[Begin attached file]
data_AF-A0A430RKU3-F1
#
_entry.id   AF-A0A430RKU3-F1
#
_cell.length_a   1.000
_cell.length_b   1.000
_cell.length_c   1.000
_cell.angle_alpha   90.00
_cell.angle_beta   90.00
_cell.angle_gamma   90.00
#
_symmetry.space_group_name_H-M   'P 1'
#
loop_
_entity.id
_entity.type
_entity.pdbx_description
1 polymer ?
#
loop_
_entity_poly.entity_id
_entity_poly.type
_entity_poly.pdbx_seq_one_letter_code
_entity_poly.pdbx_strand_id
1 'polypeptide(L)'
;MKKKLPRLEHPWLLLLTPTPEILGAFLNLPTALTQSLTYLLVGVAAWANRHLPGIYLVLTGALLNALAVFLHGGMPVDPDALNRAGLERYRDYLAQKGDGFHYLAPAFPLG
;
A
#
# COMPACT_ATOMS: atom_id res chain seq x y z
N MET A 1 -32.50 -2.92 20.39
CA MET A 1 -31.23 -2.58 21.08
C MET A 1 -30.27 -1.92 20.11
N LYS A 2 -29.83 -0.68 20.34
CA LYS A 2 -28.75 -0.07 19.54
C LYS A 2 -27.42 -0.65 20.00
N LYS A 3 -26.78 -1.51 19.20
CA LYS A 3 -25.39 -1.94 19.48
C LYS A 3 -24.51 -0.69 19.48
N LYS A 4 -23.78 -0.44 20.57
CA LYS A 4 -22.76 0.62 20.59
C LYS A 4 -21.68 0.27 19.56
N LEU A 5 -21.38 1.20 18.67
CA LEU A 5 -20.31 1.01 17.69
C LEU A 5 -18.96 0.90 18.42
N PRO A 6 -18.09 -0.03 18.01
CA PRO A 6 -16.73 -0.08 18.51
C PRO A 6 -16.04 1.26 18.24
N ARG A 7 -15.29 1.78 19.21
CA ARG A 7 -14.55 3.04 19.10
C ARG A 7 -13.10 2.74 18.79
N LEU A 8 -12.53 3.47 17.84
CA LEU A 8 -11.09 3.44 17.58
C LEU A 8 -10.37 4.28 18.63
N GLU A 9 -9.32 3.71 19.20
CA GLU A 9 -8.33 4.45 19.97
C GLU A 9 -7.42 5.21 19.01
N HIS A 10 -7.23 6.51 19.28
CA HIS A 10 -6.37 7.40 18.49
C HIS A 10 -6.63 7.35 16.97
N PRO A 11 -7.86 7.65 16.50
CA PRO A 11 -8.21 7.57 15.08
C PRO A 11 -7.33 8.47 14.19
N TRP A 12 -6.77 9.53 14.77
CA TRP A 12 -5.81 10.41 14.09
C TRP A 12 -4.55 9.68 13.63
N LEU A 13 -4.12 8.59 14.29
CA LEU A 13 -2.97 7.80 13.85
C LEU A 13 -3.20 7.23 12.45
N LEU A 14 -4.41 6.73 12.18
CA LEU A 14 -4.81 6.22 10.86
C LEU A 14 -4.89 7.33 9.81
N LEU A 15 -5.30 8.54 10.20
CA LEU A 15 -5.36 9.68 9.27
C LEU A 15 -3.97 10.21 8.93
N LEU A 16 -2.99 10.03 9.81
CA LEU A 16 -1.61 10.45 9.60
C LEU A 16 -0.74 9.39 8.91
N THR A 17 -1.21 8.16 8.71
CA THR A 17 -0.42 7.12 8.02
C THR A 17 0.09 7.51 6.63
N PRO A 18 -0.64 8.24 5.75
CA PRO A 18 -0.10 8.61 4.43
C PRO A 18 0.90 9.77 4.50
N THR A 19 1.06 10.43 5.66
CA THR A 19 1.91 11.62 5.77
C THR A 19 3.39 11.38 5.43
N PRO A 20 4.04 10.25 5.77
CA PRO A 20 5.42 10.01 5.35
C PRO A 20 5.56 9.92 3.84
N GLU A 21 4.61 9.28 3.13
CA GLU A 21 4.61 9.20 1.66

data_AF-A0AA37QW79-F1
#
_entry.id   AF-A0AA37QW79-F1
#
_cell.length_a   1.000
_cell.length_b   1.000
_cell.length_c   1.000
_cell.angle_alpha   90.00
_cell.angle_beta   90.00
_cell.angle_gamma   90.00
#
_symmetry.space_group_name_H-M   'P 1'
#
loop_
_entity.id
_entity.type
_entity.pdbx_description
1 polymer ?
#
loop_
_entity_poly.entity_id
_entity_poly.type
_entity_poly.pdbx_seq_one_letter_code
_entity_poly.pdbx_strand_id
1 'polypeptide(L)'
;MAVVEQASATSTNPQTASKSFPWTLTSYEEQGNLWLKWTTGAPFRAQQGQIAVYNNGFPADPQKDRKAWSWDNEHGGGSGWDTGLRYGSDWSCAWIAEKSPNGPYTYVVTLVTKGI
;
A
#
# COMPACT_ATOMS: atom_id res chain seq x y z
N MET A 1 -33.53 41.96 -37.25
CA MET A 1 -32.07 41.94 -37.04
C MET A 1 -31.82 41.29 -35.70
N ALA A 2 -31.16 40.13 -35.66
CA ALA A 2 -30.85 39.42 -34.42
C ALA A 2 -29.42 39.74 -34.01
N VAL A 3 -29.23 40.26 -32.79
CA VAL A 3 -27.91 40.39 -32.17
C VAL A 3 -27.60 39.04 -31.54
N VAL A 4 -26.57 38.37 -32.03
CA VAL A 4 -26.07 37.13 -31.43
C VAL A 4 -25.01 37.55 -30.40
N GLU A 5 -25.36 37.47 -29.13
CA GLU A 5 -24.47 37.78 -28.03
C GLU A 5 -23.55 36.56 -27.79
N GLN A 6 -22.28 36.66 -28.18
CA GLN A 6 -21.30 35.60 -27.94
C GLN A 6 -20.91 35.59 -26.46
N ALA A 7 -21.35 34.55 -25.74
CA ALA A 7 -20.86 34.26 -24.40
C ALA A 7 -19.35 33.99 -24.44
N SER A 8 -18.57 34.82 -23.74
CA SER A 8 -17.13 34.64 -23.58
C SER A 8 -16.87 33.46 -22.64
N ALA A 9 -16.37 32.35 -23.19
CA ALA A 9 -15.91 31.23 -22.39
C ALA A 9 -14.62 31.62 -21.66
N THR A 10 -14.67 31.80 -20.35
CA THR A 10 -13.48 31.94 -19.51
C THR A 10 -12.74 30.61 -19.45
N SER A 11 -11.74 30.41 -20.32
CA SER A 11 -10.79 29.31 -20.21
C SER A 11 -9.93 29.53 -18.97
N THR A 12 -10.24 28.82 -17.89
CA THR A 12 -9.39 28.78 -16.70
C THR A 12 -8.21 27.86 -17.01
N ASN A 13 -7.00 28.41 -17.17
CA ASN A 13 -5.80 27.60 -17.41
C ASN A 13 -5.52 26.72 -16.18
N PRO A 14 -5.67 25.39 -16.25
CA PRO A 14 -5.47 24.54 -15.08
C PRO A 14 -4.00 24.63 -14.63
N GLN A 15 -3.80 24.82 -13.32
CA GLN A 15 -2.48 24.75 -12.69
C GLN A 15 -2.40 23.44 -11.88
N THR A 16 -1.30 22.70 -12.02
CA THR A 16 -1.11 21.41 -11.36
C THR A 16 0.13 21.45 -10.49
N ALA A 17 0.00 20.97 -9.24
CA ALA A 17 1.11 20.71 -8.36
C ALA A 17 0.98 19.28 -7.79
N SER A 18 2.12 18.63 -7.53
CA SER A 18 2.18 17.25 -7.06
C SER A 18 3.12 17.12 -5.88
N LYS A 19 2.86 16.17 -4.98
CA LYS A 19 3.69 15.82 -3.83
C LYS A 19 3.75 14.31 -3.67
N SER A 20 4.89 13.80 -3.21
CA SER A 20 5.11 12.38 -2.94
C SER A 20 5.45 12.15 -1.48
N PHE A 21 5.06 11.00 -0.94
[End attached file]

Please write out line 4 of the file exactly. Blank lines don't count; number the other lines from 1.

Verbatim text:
#